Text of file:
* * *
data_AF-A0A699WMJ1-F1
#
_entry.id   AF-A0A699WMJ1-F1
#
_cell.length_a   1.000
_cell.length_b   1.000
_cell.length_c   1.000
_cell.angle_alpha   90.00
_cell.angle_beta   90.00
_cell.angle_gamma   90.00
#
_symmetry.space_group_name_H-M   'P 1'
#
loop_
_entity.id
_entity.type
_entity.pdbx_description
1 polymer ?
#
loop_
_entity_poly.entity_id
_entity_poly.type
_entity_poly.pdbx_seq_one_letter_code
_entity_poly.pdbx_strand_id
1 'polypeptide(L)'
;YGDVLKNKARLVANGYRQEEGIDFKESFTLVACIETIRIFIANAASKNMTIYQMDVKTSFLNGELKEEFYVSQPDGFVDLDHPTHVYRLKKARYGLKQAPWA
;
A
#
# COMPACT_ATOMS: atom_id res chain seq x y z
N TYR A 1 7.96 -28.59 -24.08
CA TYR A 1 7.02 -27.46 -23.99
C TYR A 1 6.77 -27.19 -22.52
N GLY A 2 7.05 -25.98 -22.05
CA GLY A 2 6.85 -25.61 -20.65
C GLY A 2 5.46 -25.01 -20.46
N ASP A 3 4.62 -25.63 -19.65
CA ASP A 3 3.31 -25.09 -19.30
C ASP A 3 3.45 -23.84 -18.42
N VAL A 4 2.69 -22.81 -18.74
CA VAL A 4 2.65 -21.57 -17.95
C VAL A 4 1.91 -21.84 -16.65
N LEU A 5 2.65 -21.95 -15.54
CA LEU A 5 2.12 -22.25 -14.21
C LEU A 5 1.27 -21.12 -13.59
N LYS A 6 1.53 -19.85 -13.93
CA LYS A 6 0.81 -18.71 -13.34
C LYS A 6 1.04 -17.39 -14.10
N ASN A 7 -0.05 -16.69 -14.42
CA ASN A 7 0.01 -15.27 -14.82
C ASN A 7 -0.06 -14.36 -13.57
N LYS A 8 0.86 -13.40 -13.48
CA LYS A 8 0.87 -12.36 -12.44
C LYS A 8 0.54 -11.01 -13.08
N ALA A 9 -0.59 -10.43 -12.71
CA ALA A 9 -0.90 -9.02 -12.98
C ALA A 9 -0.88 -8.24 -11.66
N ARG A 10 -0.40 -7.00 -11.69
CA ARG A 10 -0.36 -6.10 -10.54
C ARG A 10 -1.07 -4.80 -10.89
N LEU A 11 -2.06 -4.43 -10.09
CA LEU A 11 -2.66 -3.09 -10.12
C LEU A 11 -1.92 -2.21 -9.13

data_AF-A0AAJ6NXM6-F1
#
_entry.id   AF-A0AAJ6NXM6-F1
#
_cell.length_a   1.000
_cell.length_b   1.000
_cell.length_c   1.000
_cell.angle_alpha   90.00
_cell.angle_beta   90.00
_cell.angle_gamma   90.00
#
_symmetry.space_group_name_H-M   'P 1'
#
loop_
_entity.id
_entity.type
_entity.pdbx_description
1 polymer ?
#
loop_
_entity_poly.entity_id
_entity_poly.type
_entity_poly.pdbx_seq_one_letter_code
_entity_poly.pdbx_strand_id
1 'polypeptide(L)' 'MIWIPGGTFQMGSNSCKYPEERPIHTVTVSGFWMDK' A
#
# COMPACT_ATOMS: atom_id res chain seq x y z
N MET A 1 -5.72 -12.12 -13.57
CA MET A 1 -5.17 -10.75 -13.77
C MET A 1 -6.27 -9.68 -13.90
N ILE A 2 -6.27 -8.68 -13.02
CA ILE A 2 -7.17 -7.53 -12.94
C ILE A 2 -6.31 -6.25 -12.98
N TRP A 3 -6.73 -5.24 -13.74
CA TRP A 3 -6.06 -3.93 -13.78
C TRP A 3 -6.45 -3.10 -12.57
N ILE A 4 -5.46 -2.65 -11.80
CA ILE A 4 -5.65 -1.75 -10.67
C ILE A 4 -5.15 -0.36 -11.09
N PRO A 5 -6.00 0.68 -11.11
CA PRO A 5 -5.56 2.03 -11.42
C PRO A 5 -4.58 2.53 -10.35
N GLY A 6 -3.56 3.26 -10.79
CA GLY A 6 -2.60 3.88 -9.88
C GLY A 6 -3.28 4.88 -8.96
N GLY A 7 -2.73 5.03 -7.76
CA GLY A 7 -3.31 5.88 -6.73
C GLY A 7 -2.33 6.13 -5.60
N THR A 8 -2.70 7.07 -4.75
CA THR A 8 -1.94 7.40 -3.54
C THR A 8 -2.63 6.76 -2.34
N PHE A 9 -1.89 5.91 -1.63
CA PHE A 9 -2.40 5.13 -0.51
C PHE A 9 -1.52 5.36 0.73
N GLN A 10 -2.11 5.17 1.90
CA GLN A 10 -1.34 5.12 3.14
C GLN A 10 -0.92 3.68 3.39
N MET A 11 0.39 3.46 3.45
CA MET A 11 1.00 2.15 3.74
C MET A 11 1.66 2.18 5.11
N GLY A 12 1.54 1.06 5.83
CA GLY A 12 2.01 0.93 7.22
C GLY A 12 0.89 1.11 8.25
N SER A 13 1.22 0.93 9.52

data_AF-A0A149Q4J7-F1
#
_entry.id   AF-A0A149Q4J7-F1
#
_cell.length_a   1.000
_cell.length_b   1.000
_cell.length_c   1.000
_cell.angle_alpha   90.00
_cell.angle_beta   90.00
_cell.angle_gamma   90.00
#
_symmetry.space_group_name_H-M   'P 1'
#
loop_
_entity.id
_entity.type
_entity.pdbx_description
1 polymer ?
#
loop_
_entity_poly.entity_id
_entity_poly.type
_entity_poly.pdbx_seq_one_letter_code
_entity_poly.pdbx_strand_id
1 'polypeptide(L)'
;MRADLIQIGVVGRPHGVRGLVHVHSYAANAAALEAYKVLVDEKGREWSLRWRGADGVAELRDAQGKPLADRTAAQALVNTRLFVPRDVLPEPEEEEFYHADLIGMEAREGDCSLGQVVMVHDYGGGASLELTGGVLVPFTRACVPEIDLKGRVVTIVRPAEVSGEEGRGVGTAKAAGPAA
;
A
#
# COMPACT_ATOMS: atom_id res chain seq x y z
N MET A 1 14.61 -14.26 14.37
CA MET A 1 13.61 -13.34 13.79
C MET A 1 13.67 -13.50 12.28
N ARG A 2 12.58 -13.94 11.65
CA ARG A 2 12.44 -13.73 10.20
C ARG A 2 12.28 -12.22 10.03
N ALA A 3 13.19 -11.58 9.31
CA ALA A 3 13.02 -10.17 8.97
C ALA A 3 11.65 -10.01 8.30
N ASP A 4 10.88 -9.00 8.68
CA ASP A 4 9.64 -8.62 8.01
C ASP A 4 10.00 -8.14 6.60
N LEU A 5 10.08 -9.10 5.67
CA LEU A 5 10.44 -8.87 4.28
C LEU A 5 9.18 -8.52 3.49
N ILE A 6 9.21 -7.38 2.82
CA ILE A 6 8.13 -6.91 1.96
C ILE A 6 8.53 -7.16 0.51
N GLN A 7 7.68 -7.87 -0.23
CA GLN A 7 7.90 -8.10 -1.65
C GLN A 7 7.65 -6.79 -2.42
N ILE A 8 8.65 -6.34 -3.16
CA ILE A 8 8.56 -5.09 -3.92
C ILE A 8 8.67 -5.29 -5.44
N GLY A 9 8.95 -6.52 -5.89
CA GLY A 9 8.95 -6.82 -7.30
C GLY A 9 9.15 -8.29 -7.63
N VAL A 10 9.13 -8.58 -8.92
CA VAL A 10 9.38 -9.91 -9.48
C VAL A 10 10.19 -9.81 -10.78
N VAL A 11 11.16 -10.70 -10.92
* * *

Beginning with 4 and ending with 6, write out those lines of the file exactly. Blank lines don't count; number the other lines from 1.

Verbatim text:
#
_cell.length_a   1.000
_cell.length_b   1.000